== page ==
6 Tips to help with your picky eater





Picky eating is VERY common for children, and the peak time for picky eating behaviors is during the toddler and preschool years. This is when you go through a range of emotions from being excited because your child tries a new food- to being incredibly frustrated because that new food is now the ONLY thing your child will eat! Well don’t worry! It is often just a phase that they grow out of eventually. In the meantime, here are some tips and tricks you can use to help along the way.





1) Use a Nibble Tray

Because of their smaller stomach capacity, children need to eat more frequently. Consequently, their behavior is often worse when they have gone a long time without eating. You can shorten the amount of time between meals and snacks by using a nibble tray. Take an ice cube container and fill each compartment with something different (e.g., cheese cubes, raisins, nuts, apple pieces, cereal pieces, chickpeas, orange segments, chopped sweet peppers, egg slices, turkey chunks, pumpkin seeds, etc.). Every hour or so, offer the nibble tray to your child. Let them take a few bites of whatever they want, no pressure for anything. They will start with their favorite for sure, but that probably won’t be there next time so they’ll have to go for something else.


2) Involve Your Child

Children are significantly more likely to eat if they have been involved in their food decisions along with the preparation of their food. So, let them be involved in any way that is safe and appropriate. When you take them to the grocery store, walk them through the product aisle and have them pick out some produce (don’t be surprised if they go for the colorful stuff and skip over all that green!). When you cook, involve them in food choices and food prep. For food choices, always give them options. Instead of saying, “what should we have as a side dish with our burgers?” say “Should we have carrots or green beans as a side with our burgers?” Giving them limited options allows them to feel they are making decisions while also ensuring you are ok with any outcome.


3) Let Go Of Meal Associations

So, why are eggs only for breakfast and chicken fingers only for dinner? There is no good reason! These mealtime distinctions have become totally arbitrary and there is no need to stick to them, especially if it stops your child from eating something. If your child likes vegetable omelets, why not start having them for dinner? If your child loves mac and cheese with broccoli, maybe that is a better breakfast option than cereal. Break out of your mold!


4) Make it Fun

Kids like things that are fun, In fact, we all like things that are fun! Mealtime should be no exception. Kids, like color, shapes, textures, fun names, etc., so why not make this a part of mealtime. You can make an “all one color” meal, or a rainbow meal; you can use food coloring to make white foods more fun and interesting, You can use fun names (think “trees” instead of broccoli, “bumps on a log” instead of celery, PB, and raisins) to make it more exciting. You can use dips to give them more activity in their meal. Think FUN!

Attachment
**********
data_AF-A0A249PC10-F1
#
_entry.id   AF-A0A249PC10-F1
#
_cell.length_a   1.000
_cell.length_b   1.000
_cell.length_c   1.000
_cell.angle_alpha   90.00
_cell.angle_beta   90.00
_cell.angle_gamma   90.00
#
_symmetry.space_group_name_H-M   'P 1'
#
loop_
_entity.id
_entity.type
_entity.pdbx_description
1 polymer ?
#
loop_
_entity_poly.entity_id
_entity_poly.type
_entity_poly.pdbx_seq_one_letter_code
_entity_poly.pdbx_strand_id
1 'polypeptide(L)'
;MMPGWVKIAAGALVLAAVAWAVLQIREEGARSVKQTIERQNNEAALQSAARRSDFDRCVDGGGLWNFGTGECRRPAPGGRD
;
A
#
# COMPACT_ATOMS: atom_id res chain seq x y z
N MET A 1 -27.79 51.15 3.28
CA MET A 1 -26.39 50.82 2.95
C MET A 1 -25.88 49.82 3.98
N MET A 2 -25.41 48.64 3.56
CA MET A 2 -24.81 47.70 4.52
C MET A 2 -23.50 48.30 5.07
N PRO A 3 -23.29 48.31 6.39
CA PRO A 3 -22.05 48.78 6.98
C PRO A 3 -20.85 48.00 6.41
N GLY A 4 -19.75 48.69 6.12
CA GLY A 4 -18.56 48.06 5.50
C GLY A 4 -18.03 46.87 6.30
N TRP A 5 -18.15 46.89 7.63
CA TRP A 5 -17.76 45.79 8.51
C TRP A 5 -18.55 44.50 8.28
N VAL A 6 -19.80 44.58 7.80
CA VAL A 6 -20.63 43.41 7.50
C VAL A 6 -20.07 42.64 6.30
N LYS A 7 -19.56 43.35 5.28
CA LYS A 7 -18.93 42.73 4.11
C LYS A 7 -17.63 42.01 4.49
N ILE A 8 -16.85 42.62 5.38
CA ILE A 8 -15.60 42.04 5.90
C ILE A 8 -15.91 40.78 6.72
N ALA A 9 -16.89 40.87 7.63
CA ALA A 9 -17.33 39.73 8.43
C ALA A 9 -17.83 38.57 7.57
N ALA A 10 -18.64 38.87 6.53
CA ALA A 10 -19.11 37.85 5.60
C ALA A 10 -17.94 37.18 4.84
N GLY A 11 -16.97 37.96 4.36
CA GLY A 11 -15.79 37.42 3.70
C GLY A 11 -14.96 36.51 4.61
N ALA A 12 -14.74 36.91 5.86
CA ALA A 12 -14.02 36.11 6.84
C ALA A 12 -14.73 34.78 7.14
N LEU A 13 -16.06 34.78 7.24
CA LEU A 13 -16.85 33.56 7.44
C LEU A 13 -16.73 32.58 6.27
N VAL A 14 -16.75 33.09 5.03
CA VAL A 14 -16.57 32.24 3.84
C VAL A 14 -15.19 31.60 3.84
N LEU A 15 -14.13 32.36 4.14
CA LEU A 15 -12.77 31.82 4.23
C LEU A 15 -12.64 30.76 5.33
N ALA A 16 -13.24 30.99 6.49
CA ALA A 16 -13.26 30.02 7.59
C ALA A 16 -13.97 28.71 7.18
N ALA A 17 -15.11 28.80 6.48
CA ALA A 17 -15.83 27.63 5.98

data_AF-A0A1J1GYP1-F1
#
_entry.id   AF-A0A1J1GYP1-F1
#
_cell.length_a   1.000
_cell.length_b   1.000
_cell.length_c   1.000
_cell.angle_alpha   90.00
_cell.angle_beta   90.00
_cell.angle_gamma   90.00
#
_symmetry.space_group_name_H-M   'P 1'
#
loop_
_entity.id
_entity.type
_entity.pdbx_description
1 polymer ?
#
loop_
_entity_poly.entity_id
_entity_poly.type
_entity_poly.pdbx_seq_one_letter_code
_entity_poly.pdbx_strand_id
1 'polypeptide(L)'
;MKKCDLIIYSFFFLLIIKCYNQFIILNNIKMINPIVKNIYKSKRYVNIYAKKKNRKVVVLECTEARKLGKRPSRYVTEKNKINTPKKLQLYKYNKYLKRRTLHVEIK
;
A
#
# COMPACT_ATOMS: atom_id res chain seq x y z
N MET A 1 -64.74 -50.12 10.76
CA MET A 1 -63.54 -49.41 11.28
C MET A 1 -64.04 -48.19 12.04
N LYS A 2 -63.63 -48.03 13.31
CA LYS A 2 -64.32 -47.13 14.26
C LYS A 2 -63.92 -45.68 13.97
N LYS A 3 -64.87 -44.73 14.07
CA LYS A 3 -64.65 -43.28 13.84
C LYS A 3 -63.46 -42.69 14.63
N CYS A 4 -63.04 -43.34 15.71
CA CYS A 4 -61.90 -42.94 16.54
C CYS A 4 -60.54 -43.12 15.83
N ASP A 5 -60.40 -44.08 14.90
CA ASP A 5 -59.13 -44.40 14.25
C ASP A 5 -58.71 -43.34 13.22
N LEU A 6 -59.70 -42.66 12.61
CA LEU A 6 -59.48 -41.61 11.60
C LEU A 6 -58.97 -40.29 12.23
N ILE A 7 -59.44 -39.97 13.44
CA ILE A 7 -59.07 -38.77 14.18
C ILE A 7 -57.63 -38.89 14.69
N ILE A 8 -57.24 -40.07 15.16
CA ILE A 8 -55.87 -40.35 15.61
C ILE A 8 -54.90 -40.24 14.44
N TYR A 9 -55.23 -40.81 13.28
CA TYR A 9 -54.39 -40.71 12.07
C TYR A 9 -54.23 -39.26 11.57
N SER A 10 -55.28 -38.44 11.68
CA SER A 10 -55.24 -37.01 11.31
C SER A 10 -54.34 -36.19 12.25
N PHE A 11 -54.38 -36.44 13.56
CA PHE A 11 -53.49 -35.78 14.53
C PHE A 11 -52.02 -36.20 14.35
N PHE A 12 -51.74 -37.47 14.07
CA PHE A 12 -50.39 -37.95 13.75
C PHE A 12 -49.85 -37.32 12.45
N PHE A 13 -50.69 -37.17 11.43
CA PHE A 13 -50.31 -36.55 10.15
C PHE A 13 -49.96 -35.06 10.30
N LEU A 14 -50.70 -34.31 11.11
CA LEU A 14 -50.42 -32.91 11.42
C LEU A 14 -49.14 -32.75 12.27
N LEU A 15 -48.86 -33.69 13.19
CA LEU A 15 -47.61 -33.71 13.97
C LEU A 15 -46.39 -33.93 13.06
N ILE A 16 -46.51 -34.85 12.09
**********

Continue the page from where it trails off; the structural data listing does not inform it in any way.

5) Make Mealtime Happy and Comfortable

In order to increase your child’s likelihood of eating, you want to ensure they have a positive association with food and mealtimes! You want them to be comfortable at mealtimes- both physically and mentally. So, think about what would make them comfortable in both respects. Physically, they are not going to be comfortable sitting in the same chair as you. If they are in a high chair, would they be more comfortable with something to rest their feet on? If they are in a regular chair, would they be more comfortable with a cushion or an arm rest? Try and make it a physically comfortable environment for them in every way. Mentally, try and make it a light, happy, and enjoyable time. Tell stories, make jokes, avoid pressure and keep ALL stressful adult conversations away from the dinner table. Make mealtime pleasant and enjoyable on all fronts!


6) Be a Good Role Model

Finally, don’t expect your child to do something you are not doing yourself. If you are asking your child to eat chicken and broccoli, while you are having some leftover Chinese food, they are not going to be able to learn from you. So practice what you preach! Studies show that the most vital key to developing a healthy diet in children is their parent's diet. So if you tell your kids to eat carrots instead of chips, make sure you are doing the same!


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Start implementing some of these strategies today and you might find yourself significantly less frustrated and your picky eater eating more than you’d ever imagined!